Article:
Co-authored by Lucas Kurtz.
If you strap on a helmet in the fall, you should be lacing up spikes in the spring.
This should seem obvious. After all, the quickest way to impress a football scout or coach is to be the quickest guy in a 40-Yard Dash. “The 40” is probably the most closely-watched drill at any combine, and posting a head-turning time can mean the difference between having multiple scholarship offers and fighting for preferred walk-on status. (Check out STACK's Guide to Beating the 40-Yard Dash.)
But running track won’t just help you during recruiting. It will make you an all-around better athlete, improving your on-field performance in three ways.
Nobody knows the in’s and out’s of speed like a track coach. After all, there aren't many variables in track—you are running in a straight line. So one small blip in your form can make or break a race. So track coaches place huge emphasis on technique to maximize speed. Refining your technique on the track is a great way to make perfect running form second nature, so when game day comes on the gridiron, you’ll be able to run faster without having to think about it. (Master the four points of good running form.)
Athletes who run track continually work on their starting stance, and with good reason: a runner’s speed “out of the blocks” has a lot of influence on their finishing time. An athlete can trim a tenth or even two-tenths of a second off their 40 time just by getting their start down cold.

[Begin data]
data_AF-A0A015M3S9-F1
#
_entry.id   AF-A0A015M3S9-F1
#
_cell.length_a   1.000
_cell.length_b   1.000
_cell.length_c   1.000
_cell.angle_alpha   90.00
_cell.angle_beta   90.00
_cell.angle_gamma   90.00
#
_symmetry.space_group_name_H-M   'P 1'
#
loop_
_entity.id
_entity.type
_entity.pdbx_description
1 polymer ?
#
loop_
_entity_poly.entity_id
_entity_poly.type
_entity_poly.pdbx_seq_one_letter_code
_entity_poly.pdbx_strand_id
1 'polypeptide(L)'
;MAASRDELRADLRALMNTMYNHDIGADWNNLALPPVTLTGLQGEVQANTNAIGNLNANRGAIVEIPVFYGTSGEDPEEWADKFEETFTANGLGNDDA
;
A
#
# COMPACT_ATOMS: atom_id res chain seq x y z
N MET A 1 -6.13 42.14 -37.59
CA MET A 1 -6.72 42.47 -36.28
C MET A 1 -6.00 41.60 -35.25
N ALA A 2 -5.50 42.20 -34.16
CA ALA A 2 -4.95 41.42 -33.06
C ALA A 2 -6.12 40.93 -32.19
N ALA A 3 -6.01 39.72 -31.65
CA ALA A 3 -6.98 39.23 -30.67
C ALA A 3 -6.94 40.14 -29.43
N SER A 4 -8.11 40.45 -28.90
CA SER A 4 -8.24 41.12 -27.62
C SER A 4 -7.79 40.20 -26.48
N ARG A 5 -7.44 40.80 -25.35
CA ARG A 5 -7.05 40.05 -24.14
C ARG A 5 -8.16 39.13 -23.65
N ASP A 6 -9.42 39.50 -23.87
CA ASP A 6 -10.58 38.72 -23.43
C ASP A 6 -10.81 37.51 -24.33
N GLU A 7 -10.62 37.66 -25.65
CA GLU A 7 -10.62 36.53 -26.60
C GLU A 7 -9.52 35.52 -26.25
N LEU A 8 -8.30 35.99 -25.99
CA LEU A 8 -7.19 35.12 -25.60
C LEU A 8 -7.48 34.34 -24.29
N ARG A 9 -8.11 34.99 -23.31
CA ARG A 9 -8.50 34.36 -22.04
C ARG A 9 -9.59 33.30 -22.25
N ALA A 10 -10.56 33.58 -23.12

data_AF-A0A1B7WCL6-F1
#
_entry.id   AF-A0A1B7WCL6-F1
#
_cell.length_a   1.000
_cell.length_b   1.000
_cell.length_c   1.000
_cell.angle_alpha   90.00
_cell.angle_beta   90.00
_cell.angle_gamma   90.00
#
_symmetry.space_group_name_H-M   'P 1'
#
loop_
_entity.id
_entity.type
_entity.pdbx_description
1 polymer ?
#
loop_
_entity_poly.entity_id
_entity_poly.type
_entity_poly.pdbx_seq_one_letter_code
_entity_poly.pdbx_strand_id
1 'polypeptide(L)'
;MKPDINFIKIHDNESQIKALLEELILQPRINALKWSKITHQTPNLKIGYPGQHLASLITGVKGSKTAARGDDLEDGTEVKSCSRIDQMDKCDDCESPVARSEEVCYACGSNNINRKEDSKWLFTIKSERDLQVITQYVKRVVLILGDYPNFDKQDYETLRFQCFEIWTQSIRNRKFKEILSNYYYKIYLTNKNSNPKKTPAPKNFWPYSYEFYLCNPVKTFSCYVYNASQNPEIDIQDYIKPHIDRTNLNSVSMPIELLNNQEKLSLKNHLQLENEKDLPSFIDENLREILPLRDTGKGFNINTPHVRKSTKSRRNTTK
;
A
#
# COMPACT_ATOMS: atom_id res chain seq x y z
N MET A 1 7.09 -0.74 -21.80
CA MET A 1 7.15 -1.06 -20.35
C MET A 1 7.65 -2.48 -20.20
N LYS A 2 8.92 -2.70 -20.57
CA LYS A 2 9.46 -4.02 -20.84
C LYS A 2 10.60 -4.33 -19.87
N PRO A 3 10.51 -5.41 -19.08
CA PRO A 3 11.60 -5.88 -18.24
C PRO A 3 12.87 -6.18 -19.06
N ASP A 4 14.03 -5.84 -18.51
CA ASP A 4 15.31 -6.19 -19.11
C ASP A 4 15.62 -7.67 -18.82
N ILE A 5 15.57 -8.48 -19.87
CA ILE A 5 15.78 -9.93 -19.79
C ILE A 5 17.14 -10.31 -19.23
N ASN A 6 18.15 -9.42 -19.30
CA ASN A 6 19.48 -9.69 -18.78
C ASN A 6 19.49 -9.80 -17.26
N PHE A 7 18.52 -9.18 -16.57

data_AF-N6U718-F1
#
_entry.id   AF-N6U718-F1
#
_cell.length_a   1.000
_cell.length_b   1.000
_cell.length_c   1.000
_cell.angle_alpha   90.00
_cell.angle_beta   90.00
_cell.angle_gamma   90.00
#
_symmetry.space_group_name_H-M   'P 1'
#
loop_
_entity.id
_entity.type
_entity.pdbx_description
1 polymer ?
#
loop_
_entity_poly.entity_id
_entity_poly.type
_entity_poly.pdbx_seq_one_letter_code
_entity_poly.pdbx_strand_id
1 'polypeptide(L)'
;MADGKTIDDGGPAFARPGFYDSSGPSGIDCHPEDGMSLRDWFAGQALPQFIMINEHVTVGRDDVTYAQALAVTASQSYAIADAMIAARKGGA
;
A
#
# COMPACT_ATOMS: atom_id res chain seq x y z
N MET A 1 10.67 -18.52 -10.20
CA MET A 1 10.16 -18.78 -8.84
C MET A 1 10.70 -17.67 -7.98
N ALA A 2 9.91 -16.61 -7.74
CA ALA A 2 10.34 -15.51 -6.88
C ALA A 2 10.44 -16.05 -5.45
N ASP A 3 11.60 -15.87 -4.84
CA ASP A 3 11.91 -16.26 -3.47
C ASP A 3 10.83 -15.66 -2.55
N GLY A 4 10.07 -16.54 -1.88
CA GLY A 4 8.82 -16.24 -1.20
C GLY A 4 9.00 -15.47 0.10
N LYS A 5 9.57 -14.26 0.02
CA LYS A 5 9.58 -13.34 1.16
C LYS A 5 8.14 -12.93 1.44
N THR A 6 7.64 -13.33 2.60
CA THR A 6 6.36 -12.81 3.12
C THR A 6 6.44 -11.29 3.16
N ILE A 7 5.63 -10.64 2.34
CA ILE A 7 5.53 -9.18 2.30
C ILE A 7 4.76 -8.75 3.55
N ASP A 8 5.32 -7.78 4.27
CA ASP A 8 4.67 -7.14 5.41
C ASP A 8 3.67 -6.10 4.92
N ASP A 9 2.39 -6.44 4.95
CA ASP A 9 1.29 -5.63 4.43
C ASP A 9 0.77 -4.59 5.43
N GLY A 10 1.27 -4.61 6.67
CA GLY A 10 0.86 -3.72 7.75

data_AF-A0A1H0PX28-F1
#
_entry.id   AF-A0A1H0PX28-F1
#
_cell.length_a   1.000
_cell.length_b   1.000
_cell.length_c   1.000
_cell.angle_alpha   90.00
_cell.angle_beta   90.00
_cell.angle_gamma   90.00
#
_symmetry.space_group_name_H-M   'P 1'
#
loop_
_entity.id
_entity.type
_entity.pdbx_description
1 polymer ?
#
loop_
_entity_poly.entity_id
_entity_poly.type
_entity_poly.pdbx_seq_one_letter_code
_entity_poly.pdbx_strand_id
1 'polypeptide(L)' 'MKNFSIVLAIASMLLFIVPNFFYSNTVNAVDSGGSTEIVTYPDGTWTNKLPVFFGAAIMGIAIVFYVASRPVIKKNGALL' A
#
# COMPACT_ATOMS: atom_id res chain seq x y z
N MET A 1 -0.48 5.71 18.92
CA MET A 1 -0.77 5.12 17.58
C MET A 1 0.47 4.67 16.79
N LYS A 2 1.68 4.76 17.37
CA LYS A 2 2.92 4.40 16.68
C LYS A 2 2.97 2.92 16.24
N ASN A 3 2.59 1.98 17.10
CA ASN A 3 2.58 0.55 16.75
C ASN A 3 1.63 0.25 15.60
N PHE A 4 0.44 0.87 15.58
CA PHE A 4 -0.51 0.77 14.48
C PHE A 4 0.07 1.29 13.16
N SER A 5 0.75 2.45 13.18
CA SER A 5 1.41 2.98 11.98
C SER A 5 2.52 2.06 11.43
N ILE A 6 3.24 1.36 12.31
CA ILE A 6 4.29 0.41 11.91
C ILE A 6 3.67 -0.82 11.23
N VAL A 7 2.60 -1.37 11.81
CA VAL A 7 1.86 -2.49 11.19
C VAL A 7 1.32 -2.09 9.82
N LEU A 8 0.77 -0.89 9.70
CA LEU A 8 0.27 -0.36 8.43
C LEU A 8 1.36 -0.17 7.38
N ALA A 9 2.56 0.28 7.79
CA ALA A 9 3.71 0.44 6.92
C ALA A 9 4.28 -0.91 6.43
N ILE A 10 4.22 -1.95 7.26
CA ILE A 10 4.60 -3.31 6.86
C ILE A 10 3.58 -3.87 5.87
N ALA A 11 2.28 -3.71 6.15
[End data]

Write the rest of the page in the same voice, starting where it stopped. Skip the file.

Added bonus for footballers: the action of coming out of the starting blocks is very similar to getting off the line of scrimmage. Both require you to generate speed and power from a dead stop. So improving your “burst” at the starting line will improve your burst off the ball.
In addition, an often overlooked but very important skill in football is the ability to accelerate from half- to full-speed, as when receivers run passing routes or cornerbacks make a break on the ball. Track teaches you to get to your top speed as quickly as possible. Common track drills, like Flying Starts, increase stride frequency and improve body control when transitioning to max speed.
Most football players are all about force, running like bowling balls trying to knock pins down. Sprinters, on the other hand, look like they almost glide over the ground. A good track coach will teach you to relax your body and exert the minimal amount of force necessary to attain top speed. Not only will you run faster, you won't be as exhausted after a play.
Coaches often prescribe long sprints of 200 to 400 yards with short rest periods (about 45 seconds) between them. The short recovery time forces you to find your most efficient stride and arm swing to avoid fatigue.
Start training for track with STACK's Track & Field Guide.